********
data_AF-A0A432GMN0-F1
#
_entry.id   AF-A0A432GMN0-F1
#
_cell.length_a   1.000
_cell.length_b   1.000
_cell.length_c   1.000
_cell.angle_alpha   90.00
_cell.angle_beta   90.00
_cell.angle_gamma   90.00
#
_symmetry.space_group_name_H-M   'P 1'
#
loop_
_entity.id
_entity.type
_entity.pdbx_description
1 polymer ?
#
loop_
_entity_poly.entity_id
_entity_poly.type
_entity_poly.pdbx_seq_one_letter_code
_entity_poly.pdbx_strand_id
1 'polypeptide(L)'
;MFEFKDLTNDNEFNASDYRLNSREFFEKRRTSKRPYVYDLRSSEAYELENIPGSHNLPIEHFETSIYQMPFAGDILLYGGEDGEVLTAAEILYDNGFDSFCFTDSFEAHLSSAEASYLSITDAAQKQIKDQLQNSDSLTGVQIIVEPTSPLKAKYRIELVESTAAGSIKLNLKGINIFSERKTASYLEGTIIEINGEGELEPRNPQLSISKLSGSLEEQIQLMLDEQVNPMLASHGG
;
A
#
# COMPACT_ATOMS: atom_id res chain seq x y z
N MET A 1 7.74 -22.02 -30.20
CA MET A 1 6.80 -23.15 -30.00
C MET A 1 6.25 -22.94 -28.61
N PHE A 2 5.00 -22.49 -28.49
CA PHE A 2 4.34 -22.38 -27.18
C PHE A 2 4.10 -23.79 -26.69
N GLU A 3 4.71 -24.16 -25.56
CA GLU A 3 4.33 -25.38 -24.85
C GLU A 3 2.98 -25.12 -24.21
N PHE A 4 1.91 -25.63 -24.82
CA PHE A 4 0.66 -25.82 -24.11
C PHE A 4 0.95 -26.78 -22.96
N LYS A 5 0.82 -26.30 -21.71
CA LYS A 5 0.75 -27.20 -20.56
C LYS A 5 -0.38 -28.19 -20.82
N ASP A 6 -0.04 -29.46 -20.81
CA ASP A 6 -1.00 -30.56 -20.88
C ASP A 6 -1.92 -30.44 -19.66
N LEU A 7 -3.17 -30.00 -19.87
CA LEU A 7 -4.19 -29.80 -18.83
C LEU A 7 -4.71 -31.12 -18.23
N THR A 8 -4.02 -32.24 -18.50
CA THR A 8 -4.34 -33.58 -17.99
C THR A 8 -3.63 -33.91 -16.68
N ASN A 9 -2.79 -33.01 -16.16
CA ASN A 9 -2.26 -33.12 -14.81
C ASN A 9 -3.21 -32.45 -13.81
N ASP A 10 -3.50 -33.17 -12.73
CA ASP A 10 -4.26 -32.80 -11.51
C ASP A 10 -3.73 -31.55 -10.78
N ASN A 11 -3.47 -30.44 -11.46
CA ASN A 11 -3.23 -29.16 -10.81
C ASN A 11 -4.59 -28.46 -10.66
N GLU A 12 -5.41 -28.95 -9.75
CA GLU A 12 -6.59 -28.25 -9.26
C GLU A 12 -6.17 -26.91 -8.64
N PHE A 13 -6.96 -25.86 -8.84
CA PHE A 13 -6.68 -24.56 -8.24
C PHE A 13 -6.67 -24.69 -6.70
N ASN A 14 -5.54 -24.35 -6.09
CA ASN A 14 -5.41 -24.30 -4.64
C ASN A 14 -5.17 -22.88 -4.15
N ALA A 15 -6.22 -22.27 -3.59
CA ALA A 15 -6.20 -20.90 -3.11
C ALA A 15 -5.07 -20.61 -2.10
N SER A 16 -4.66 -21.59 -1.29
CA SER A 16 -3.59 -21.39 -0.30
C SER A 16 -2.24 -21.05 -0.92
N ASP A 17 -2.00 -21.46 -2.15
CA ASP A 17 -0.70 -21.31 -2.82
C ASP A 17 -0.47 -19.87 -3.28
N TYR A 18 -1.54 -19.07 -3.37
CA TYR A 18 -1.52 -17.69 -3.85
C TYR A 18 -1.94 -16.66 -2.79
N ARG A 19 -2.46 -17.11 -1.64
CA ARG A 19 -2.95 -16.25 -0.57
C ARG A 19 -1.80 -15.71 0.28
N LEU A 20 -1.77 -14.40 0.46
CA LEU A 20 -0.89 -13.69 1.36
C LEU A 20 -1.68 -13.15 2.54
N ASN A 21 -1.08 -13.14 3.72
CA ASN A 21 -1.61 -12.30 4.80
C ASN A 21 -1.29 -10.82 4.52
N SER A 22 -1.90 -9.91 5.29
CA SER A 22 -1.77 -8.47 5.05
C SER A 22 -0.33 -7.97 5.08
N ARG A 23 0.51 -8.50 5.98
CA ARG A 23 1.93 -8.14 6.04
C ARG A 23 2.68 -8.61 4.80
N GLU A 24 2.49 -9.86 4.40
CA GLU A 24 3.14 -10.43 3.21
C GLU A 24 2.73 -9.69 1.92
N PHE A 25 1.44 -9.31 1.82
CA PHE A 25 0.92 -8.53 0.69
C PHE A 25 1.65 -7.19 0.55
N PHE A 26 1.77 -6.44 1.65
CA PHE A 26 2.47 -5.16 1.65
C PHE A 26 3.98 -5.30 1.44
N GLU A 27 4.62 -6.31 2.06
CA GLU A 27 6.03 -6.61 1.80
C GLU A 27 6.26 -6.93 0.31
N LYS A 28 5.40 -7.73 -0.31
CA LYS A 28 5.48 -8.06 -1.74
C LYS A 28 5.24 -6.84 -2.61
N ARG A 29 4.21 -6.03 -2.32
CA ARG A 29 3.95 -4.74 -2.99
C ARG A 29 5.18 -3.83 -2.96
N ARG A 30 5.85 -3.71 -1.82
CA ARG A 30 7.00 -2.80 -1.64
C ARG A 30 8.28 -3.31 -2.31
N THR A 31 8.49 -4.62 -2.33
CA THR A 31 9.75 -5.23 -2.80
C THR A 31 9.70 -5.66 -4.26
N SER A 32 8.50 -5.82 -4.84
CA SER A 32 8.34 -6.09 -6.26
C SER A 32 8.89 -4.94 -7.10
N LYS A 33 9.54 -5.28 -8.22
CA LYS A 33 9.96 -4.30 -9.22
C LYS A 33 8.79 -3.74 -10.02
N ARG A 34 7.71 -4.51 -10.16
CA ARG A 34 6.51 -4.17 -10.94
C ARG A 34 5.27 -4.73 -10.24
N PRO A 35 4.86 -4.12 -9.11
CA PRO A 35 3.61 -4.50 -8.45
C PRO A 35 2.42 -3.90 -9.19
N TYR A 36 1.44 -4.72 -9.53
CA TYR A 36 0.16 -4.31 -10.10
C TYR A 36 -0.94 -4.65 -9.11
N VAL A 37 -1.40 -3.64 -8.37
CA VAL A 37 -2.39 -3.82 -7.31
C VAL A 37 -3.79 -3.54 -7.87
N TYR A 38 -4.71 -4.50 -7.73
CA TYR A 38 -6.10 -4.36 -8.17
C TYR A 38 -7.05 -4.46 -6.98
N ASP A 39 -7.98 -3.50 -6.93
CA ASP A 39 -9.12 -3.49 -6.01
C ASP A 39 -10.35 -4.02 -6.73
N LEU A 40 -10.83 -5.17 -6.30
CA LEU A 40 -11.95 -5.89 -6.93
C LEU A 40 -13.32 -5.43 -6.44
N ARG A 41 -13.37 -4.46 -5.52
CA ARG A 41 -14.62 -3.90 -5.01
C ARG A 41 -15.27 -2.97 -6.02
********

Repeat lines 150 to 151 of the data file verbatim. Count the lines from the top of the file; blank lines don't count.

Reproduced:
C LEU A 40 -13.32 -5.43 -6.44
N ARG A 41 -13.37 -4.46 -5.52